Our longing for eternity is another pointer to God. Somehow, we know and feel that this life is not all that there is. Archaeologists have discovered how carefully and elaborately the ancient Egyptians prepared for the afterlife, and they had no Bible to tell them about a life to come. Where does this longing for eternity come from? Everything on Earth is subject to change and decay:
“Of old you laid the foundation of the earth, and the heavens are the work of your hands. They will perish, but you will remain; they will all wear out like a garment. You will change them like a robe, and they will pass away, but you are the same, and your years have no end.” Psalm 102:25–27
These ‘immortality longings’ we all feel at various moments are pointers to the God who created us in His own image.
Hunger of the soul
Another signpost to God is our longing for meaning and purpose. We always knew when our cat Simba was hungry and wanted to be fed. (Any cat owner knows that dogs have masters, but cats have staff!) He would eat his prescription dry food and go away content; his next meal seemed to be the limit of his horizon. But we can’t live at that bare, subsistence level—at least, not for long. We crave meaning and purpose in our lives; we long to enjoy significant and satisfying relationships.
This sense of longing is often called ‘the homesickness of the soul’—and rightly so, for that’s precisely what it is. The true object of our longing is God. The words of the psalmist reflect this truth:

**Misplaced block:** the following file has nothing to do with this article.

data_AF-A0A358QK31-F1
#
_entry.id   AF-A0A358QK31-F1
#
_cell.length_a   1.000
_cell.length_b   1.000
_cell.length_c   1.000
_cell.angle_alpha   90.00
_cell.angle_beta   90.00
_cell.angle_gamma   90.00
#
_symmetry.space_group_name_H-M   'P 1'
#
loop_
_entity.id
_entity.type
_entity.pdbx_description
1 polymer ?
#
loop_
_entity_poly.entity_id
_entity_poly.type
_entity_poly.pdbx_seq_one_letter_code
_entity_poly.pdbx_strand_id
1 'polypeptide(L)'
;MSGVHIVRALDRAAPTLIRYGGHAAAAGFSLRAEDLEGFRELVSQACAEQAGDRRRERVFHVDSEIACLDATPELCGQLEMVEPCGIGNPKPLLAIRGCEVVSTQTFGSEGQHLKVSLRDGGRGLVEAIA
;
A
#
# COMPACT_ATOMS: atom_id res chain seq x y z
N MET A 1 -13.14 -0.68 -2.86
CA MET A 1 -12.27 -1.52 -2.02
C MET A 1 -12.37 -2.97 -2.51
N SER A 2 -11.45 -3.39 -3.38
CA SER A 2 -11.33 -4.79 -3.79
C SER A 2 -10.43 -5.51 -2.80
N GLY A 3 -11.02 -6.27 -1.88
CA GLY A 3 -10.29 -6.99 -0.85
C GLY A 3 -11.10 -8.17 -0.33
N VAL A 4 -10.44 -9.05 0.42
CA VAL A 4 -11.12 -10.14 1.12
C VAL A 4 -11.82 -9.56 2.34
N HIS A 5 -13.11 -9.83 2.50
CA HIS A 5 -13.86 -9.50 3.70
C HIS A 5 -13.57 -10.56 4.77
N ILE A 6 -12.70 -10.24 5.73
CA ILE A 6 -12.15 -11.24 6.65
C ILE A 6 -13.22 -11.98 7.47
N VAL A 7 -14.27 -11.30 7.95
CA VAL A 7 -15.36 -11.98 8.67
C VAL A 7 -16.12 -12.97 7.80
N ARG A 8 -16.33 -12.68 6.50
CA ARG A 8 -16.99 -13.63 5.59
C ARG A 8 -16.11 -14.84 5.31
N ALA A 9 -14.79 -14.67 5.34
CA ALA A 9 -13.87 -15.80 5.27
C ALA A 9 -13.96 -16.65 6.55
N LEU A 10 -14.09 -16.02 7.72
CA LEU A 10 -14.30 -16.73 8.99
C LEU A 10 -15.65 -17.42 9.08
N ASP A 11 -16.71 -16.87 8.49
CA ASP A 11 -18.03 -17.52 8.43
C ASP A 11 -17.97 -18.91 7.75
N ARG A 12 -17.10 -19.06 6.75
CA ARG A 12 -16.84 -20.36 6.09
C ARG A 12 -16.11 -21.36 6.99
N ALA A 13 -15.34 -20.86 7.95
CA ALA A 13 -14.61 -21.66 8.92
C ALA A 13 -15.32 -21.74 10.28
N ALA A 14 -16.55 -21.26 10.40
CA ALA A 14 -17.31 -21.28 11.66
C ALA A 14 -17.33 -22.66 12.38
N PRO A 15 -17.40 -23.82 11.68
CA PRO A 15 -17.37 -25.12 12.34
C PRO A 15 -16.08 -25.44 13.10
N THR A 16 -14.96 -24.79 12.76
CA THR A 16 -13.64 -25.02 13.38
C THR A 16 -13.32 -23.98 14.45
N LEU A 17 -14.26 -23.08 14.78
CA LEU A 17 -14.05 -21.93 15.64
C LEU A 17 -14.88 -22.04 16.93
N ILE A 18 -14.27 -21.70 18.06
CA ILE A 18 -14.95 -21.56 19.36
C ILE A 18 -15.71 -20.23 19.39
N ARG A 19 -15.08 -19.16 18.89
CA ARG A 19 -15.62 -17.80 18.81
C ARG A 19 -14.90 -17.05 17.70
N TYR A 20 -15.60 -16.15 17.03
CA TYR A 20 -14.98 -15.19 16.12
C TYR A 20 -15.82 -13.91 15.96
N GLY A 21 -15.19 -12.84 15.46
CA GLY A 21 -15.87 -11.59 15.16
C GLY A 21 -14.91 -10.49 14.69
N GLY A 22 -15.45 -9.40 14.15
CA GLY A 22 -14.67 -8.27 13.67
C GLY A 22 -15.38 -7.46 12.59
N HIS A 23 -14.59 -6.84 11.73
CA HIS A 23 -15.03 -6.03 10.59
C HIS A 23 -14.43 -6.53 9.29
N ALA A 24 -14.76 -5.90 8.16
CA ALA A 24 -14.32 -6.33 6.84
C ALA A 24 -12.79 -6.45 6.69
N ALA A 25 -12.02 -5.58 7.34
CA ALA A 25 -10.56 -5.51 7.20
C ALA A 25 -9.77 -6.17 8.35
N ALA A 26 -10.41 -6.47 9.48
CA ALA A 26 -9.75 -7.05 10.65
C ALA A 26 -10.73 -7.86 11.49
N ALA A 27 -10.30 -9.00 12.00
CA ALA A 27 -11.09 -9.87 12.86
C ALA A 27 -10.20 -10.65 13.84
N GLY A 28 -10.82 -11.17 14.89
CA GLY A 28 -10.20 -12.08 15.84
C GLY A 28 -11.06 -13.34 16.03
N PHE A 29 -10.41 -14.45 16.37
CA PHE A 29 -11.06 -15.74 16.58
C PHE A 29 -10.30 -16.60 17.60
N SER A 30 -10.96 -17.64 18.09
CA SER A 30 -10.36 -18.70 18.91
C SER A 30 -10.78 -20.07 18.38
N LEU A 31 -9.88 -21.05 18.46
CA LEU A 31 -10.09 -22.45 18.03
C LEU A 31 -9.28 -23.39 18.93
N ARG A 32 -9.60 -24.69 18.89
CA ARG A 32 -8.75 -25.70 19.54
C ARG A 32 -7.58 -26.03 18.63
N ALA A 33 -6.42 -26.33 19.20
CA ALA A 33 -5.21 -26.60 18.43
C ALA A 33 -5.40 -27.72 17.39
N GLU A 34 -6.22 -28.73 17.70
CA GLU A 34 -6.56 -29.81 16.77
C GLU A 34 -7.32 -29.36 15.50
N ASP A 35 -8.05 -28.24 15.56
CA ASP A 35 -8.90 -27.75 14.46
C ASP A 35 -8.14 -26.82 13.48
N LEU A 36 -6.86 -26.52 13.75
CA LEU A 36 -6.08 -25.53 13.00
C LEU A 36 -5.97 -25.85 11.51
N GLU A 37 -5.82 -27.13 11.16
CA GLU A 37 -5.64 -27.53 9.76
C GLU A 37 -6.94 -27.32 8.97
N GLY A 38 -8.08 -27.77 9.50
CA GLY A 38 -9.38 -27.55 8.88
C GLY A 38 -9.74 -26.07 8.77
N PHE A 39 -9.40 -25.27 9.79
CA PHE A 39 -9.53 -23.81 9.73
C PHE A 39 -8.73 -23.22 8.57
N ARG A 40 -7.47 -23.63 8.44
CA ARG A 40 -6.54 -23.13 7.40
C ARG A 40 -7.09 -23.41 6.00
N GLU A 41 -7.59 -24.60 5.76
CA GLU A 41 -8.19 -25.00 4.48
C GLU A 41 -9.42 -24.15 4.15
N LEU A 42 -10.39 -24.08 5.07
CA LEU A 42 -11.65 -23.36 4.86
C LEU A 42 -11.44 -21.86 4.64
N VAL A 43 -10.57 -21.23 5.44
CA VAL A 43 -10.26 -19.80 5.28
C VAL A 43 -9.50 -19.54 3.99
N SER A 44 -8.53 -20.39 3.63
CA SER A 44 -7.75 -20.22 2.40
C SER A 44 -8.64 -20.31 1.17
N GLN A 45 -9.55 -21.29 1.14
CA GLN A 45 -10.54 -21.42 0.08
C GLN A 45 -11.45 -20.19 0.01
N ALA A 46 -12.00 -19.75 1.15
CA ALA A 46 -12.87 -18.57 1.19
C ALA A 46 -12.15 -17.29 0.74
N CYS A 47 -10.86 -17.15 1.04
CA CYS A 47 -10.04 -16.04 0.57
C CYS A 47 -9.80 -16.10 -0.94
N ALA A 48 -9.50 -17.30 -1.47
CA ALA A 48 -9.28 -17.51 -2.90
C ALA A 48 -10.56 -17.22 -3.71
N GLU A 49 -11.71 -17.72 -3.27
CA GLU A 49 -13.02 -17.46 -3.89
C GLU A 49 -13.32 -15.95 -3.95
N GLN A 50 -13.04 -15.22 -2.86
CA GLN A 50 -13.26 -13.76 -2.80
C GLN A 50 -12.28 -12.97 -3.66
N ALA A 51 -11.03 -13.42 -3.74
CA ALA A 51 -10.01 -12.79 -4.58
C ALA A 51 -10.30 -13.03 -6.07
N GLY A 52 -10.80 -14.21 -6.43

“As a deer pants for flowing streams, so pants my soul for you, O God. My soul thirsts for God, for the living God. When shall I come and appear before God?” Psalm 42:1–2
Of all the signposts pointing to God, the Bible is by far the clearest. When a British monarch is crowned, he or she is given a copy of the Bible, and told, “This Book is the most valuable thing that this world affords. This is the royal law; these are the lively oracles of God.” When we read the Bible with a humble and teachable attitude, we find it to be a source of supernatural wisdom and power. The psalmist prayed: “Open my eyes, that I may behold wondrous things out of your law” (Psalm 119:18). Paul reminded his young associate Timothy that Scripture provides the wisdom and instruction that leads to “salvation through faith in Christ Jesus” (2 Timothy 3:15).Scripture’s major theme is Jesus Christ, God’s only Son. As “image of the invisible God” (Colossians 1:15), Jesus is the clearest and most compelling witness to the existence and greatness of God the Father. Jesus Himself said: “Whoever has seen me has seen the Father” (John 14:9). He is the perfect transcript of what God is like.
But the supreme demonstration of God’s love and care is the sending of His Son into the world to suffer death on the cross, to save us from our sins, and to reclaim us for Himself. The Cross is more than enough to convince us that God loves and cares for lost people (Romans 5:8). Jesus Himself said that He came “to seek and to save the lost” (Luke 19:10).
To help us find our way to God, there are signposts everywhere, but the most vital one is Jesus. He said: “I am the way, and the truth, and the life. No one comes to the Father except through me” (John 14:6).